EXCL: Children of the Corn’s Malachai Speaks

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Newman on the 2009 remake

When actor Daniel Newman was first exposed to the Fritz Kiersch-directed Children of the Corn, he, like many of us upon our initial viewing of the ’84 Stephen King adaptation, was appropriately very young. “It was on TV, I didn’t see the whole thing then and I don’t remember much now other than my mom turning it off. That’s all it takes to get a kid infatuated with something, their parents telling them, No,” laughs Newman, calling in to Shock and “surrounded by corn” on the set of Donald Borchers’ remake.

Written by Borchers – a producer on the original film – this update also stars David Anders (Heroes), Kandyse McClure (Battlestar Galactica) and Preston Bailey (Dexter) playing the influential boy preacher Isaac. Newman has taken the role of Isaac’s right-hand man Malachai and the Georgia native tells us he expressed an immediate interest in a playing part from the forbidden cinematic fruit of his youth when he heard a remake was being fired up.

“I just got really excited about getting into Malachai’s head,” he says. “Knowing this movie was going to be closer to King’s vision, I knew it was going to be a bit of task. I went into the audition in character. I covered myself in blood, rolled around in dirt, didn’t wash my hair for days. I was driving around in L.A., windows up in the heat with no air conditioning and sweating my balls off. When I walked into the audition, I was a terrifying sight.”

Already accustomed to divulging as little info about the new version as possible, Newman assures us the redux is scarier and more serious than its predecessor, not to mention the string of pathetic sequels that followed. “The first one was scary, but this takes away any campy elements that fell into it.” Does that include the final act’s treatment of He Who Walks Behind the Rows? Newman howls as the question knowing full well no one was too thrilled about Kiersch’s interpretation of the film’s hyped and worshipped evil entity. “Our film has a different ending, I like this ending much better. It’s more of an adult conclusion and more satisfying.”

And what changes are in store for Malachai? For starters, Newman is pleased to report, “he’s much more developed in this film. The original is more about the sadistic glances he gave, and there will be plenty of those, but here it’s a much more fleshed-out role.” The same could be said about the character’s dynamic with Isaac. “The whole challenge between Isaac and Malachai is a lot stronger in this one. You didn’t really see that until the end of the original. I mean, pretty much Malachai is worshipping Isaac through the whole thing, but in this one, he’s got more of a leadership role and has a gang of…well, I shouldn’t say much more.”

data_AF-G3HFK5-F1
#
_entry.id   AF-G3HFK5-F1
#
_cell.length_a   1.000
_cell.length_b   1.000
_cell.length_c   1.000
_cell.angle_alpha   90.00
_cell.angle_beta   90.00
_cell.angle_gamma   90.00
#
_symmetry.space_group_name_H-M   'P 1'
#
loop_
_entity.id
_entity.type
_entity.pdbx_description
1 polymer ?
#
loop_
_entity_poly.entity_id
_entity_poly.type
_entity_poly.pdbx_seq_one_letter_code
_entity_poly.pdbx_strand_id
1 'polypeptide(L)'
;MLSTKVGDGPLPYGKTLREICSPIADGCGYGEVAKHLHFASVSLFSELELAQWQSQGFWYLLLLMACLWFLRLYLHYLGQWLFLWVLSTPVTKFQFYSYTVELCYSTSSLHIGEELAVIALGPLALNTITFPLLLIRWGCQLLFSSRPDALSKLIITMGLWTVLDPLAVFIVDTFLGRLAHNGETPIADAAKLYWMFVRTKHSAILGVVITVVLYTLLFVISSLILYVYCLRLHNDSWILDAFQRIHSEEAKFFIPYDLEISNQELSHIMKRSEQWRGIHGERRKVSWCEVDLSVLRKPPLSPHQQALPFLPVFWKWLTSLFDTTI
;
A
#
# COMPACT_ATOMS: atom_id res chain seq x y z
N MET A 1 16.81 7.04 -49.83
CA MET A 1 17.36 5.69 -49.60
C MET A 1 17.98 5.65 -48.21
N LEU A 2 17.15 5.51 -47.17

Of his co-star, eight-year-old Preston Bailey, Newman says, “That kid is terrifying. He’s so young and to see him handle such a big part is amazing. He’s really on top of it.”

“I think the hardcore fans are going to love it,” he continues. “I’m not worried about the changes a bit. Donald is definitely not censoring [the violence], but he’s doing it in a very stylized way. Psychological, not just gory. There’s plenty of blood and guts, but he’s handling it with a cool approach. It’s the best of both worlds and he’s not throwing anything away.”

Before he wraps our chat, he teases one scene he’s looking forward to shooting that’s not in the original and features “an intense crazy scene with fireballs and stuff.” Until then, it’s all about taking it “day by day,” getting lost in the corn rows at night (shooting is taking place in Iowa) and awaiting a call from original Malachai actor Courtney Gains. “We’ve been playing phone tag. I just want to pick his brain, ask him some deep questions about the character.”

Perhaps Newman can inquire him about a cameo possibility? “It’s very possible but fans should look out for a lot of other interesting moments.”

Children of the Corn is locked for a theatrical release internationally. It will debut domestically on the Sci-Fi Channel sometime in 2009.

Source: Ryan Rotten